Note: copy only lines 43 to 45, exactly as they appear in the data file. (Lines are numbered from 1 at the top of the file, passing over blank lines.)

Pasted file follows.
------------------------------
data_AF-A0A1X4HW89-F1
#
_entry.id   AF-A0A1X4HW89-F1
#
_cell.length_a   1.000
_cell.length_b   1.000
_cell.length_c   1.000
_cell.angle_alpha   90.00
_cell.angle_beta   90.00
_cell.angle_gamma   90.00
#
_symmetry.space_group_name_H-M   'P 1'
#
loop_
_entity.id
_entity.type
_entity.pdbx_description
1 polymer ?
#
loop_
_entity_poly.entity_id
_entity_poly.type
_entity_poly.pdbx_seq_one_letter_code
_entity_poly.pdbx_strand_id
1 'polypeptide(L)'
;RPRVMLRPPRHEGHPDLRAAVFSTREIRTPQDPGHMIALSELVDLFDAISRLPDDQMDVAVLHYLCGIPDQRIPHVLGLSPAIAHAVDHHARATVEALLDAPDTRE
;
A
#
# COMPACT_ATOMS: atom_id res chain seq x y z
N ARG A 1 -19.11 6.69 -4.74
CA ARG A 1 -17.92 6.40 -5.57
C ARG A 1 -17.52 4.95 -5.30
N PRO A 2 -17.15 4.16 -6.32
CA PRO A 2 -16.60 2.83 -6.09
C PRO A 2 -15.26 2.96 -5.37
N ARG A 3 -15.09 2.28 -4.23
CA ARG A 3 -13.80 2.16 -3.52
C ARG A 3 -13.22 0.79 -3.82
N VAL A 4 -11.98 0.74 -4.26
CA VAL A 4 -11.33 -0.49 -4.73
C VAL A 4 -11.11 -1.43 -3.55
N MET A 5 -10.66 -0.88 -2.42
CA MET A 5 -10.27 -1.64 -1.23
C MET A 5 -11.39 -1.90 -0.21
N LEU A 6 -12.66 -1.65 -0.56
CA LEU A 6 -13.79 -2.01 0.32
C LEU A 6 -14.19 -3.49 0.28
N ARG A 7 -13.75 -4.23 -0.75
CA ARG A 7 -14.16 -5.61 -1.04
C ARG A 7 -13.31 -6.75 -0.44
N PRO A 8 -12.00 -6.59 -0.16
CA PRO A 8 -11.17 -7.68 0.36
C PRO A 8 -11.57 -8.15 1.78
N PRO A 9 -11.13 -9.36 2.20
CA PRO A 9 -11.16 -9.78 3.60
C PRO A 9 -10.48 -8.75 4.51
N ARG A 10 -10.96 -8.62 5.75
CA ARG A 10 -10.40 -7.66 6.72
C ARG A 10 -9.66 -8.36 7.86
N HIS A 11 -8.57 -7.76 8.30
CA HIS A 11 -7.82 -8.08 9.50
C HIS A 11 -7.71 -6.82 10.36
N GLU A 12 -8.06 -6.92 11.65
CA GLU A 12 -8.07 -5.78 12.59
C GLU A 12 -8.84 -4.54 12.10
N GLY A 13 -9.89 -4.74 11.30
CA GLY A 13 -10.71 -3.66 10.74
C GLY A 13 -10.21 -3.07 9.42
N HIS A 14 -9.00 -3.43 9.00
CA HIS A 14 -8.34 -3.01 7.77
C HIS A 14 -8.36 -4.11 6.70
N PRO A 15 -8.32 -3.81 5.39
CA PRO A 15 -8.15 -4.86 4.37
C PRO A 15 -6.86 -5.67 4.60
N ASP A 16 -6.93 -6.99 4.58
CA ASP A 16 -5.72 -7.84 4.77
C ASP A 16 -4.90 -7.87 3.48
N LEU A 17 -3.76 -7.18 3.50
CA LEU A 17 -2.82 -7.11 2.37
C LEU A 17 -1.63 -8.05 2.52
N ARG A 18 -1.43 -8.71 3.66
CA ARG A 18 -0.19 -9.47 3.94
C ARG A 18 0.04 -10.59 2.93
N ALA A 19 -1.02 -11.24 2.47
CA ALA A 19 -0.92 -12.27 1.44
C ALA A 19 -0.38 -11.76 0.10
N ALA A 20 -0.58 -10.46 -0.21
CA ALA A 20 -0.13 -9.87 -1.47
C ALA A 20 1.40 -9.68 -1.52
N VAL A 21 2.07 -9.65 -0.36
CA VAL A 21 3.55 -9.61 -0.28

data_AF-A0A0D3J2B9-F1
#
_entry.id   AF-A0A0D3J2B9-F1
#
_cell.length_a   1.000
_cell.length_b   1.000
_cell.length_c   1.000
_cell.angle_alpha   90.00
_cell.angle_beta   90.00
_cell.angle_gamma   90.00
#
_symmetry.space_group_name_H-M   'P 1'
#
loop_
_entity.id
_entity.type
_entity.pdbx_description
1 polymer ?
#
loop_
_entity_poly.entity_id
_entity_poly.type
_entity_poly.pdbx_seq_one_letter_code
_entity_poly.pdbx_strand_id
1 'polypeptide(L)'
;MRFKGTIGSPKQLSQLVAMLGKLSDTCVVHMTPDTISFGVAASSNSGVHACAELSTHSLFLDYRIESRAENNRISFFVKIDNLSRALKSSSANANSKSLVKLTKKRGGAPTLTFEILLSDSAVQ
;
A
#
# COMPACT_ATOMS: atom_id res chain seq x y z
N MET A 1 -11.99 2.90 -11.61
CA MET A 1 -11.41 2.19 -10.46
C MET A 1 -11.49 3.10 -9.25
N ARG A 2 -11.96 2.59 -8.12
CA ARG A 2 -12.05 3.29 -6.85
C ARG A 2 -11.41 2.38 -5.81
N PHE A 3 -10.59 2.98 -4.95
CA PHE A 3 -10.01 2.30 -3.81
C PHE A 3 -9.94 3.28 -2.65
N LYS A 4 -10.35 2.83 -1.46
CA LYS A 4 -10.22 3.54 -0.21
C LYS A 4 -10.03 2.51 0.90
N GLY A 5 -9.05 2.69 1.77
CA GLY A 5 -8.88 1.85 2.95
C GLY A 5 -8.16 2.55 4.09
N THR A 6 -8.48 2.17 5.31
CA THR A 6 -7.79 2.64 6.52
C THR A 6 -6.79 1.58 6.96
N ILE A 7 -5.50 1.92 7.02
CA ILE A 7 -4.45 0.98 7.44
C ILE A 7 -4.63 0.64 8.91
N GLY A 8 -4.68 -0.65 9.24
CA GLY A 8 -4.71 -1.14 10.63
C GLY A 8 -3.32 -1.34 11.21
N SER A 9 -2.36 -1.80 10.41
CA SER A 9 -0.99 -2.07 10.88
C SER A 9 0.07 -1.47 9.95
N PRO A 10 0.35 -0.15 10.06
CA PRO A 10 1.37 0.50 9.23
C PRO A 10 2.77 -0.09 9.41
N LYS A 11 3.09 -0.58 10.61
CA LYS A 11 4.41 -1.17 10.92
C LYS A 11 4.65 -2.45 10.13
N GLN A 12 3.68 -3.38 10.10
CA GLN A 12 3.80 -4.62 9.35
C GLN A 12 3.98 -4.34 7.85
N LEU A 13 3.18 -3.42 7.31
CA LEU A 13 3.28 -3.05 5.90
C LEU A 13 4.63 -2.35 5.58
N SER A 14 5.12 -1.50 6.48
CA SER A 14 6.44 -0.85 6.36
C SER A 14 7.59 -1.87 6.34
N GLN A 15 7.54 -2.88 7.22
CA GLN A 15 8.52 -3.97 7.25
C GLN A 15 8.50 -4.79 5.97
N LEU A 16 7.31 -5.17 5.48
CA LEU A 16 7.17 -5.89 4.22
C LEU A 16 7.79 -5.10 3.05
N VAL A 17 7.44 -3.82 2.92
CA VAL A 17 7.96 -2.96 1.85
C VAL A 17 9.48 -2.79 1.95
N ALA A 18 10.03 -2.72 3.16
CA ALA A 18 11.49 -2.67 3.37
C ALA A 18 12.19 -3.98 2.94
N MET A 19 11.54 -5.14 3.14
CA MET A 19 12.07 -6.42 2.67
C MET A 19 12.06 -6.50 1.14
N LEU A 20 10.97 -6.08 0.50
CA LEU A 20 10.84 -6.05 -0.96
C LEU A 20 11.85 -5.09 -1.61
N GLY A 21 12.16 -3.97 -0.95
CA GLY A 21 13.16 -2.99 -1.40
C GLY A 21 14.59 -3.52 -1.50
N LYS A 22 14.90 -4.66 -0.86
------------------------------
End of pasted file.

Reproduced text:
N MET A 5 -10.66 -0.88 -2.42
CA MET A 5 -10.27 -1.64 -1.23
C MET A 5 -11.39 -1.90 -0.21